The Wall Street Journal is exclusively reporting that OPEC+ is considering increasing oil production. Or it may cut it. Actually, their “exclusive” report is that they don’t know.
I too, don’t know, so the lack of actual knowledge is not so “exclusive.”
Saudi Arabia and other OPEC oil producers are discussing an output increase of up to 500,000 barrels a day, the group’s delegates said https://t.co/RJqFsYMVAC
— The Wall Street Journal (@WSJ) November 21, 2022
The story is a total mess. Lots of “will they?” or “won’t they?” speculation, indicating that a lot of the players involved in sourcing the story behind the scenes are negotiating through the paper as well as in person. Add a dash of wishful thinking likely from Biden officials nudging the Saudis to reward the Administration for protecting the Saudi Crown Prince, and you’ve got an “exclusive” story that leaves us more confused than before.
OPEC oil producers are discussing an output increase, the group’s delegates said, a move that could help heal a rift between Saudi Arabia and the Biden administration and keep energy flowing amid new attempts to blunt Russia’s oil industry over the Ukraine war.
A production increase of up to 500,000 barrels a day is now under discussion for OPEC+’s Dec. 4 meeting, delegates said. The move would come a day before the European Union is set to impose an embargo on Russian oil and the Group of Seven wealthy nations’ plans to launch a price cap on Russian crude sales, potentially taking Moscow’s petroleum supplies off the market.
After The Wall Street Journal and other news organizations reported on the discussions Monday, Saudi energy minister Prince Abdulaziz bin Salman denied the reports and said a production cut was possible instead.
Any output increase would mark a partial reversal of a controversial decision last month to cut production by 2 million barrels a day at the most recent meeting of the Organization of the Petroleum Exporting Countries and their Russia-led allies, a group known collectively as OPEC+.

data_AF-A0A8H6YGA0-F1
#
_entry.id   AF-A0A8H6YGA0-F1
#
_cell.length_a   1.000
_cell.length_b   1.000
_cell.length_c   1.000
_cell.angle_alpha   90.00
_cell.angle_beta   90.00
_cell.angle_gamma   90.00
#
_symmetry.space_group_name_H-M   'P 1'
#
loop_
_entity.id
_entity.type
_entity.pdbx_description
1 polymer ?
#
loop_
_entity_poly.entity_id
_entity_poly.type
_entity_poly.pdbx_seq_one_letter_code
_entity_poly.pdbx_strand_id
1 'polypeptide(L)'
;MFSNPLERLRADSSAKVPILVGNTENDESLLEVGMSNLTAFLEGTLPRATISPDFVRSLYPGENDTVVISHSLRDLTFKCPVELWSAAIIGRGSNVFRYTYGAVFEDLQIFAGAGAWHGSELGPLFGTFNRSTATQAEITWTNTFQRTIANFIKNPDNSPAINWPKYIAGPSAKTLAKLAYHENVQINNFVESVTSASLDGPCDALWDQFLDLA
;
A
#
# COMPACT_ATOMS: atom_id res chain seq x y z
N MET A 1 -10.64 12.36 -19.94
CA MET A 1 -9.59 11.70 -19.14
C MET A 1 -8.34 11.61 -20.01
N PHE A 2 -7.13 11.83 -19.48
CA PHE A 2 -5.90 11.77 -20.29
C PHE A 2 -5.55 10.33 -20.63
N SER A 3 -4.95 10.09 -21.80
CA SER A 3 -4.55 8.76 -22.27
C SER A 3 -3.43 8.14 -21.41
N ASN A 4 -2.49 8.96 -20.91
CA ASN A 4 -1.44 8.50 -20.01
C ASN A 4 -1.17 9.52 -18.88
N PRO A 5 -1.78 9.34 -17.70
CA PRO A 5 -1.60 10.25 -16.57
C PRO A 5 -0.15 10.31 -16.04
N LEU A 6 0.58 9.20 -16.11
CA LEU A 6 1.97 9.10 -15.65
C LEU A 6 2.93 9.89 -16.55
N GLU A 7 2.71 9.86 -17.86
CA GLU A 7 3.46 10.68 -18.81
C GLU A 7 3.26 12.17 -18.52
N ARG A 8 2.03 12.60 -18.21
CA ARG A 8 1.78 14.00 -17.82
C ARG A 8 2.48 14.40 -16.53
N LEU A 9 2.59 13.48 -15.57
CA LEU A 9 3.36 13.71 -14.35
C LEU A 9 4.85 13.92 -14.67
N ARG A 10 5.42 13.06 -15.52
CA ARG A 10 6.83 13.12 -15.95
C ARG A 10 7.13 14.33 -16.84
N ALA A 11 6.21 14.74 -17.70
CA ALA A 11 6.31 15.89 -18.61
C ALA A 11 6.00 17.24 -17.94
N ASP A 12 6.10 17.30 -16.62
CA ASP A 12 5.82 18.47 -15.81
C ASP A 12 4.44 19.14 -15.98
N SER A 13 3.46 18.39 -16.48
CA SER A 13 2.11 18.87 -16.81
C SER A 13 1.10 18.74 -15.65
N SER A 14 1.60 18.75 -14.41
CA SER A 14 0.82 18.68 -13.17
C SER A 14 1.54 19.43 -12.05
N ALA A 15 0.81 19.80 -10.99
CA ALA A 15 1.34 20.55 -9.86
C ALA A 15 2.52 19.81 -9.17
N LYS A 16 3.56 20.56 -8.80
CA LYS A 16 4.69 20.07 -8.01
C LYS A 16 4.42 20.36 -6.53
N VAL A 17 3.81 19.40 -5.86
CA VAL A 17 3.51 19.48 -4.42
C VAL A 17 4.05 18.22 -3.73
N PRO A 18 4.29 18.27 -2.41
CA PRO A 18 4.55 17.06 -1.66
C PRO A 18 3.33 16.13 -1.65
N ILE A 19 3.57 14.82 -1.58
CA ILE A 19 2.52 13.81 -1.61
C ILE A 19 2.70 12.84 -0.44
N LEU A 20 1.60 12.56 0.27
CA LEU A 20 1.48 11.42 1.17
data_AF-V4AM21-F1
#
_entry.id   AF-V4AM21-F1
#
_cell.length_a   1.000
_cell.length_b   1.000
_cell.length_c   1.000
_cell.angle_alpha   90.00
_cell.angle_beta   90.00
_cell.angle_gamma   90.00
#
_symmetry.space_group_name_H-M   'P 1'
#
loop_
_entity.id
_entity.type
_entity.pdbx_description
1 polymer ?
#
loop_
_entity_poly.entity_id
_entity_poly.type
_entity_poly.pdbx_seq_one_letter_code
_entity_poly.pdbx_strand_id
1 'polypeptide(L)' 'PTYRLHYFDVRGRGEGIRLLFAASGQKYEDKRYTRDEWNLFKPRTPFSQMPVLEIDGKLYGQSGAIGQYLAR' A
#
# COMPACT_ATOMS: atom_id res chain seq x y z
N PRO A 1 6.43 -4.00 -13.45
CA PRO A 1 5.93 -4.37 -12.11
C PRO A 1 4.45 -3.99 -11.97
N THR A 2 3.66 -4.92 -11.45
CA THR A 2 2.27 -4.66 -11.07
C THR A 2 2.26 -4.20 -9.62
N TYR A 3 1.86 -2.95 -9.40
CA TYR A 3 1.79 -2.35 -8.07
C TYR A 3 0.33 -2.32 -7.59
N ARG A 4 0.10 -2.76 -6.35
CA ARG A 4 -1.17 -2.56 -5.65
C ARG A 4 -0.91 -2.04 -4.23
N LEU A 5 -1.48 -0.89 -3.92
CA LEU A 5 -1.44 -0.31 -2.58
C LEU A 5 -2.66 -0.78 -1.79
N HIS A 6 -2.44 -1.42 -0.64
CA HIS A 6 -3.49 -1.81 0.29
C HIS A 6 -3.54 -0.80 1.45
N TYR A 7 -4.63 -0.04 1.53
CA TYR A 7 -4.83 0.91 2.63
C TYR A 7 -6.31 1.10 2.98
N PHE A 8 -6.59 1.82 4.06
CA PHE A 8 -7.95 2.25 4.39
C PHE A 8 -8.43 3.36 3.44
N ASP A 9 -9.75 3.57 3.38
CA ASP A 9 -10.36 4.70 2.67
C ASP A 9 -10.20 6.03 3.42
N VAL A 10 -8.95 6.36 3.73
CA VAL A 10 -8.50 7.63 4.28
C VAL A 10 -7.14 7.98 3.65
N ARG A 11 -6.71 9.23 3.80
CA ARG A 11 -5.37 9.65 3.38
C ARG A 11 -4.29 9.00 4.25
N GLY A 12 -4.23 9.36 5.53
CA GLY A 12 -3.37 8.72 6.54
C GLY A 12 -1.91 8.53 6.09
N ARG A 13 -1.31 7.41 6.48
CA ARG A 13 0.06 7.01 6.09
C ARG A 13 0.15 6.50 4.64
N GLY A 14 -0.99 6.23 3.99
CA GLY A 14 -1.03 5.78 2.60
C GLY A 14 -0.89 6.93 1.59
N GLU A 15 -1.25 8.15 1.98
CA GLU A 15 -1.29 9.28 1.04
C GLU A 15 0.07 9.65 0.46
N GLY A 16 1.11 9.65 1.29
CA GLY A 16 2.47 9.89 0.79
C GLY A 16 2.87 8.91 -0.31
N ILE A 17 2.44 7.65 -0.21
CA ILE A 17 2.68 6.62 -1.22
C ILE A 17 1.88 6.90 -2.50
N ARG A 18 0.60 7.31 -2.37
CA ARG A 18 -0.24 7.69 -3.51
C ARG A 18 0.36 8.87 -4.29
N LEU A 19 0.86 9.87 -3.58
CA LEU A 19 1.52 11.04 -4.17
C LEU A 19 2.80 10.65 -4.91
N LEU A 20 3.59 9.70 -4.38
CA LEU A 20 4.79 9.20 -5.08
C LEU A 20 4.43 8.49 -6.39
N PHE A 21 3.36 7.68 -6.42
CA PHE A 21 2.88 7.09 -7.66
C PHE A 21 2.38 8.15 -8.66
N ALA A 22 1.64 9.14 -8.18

Uh, what? As a great admirer of the Wall Street Journal’s I am left utterly confused by the first three paragraphs of the story. OPEC+ (which includes Russia) is considering a production boost to offset the loss of Russian oil availability to the West, but they are actually considering a cut to production. Maybe lots of people are spitballing?
The possible increase is a rumor, the possible cut an official statement from the Saudi energy minister. What are we to make of this? People discussing things is hardly news, unless those discussions might affect things.
Who knows? I sure don’t. Something is likely to happen when a policymaking group meets. Something important, because the group is important. These are matters that impact everybody living in the modern and semi-modern parts of the world, although mountain villagers in the Himalayas may not notice. Most of the rest of us will.
But notice what? Apparently the “exclusive” reporting of the Wall Street Journal is something unknown will happen. Their headline says an output increase, but they story casts doubt on it. I can only assume that they wrote the story based upon rumors of the increase, and scrambled to include the Saudi denial.
Talk of a production increase has emerged after the Biden administration told a federal court judge that Saudi Crown Prince Mohammed bin Salman should have sovereign immunity from a U.S. federal lawsuit related to the brutal killing of Saudi journalist Jamal Khashoggi. The immunity decision amounted to a concession to Prince Mohammed, bolstering his standing as the kingdom’s de facto ruler after the Biden administration tried for months to isolate him.
It is an unusual time for OPEC+ to consider a production increase, with global oil prices falling more than 10% since the first week of November. Oil prices fell 5% after reports of the increase and then pared those losses after Prince Abdulaziz‘s comments. Brent crude traded at $86.25 on Monday afternoon, down more than 1%.
Of course we can all hope that oil supplies increase, and hope that the Journal’s original slant to the story is the correct one. I can easily imagine the Saudis trying to squeeze more concessions out of the Biden Administration before grudgingly increasing production, but as hard as the story pushes the idea of an increase, the facts are simply not there as reported.
“After The Wall Street Journal and other news organizations reported on the discussions Monday, Saudi energy minister Prince Abdulaziz bin Salman denied the reports and said a production cut was possible instead.”
Once you include that sentence in the story, it literally tells you nothing except that some people behind the scenes are telling reporters something. That is big news. Wanna-be big shots are blathering, contradicting the actual big shot’s official statement. Could be true. Great. Let’s hope so. But hope is not a news story. Blather isn’t either.
The mystique of the Mainstream Media being deeply serious, carefully reported, and scrupulously edited isn’t warranted. Even the best newspapers print drivel like this, breathlessly labeling it “exclusive!” I literally could have written it with my eyes closed, without even bothering the pick up the phone to talk to anybody.
Exclusive! “Something will happen. Could be good, could be bad.”
All writers have space to fill, and limited time to do it. The result is, too often, stories like this.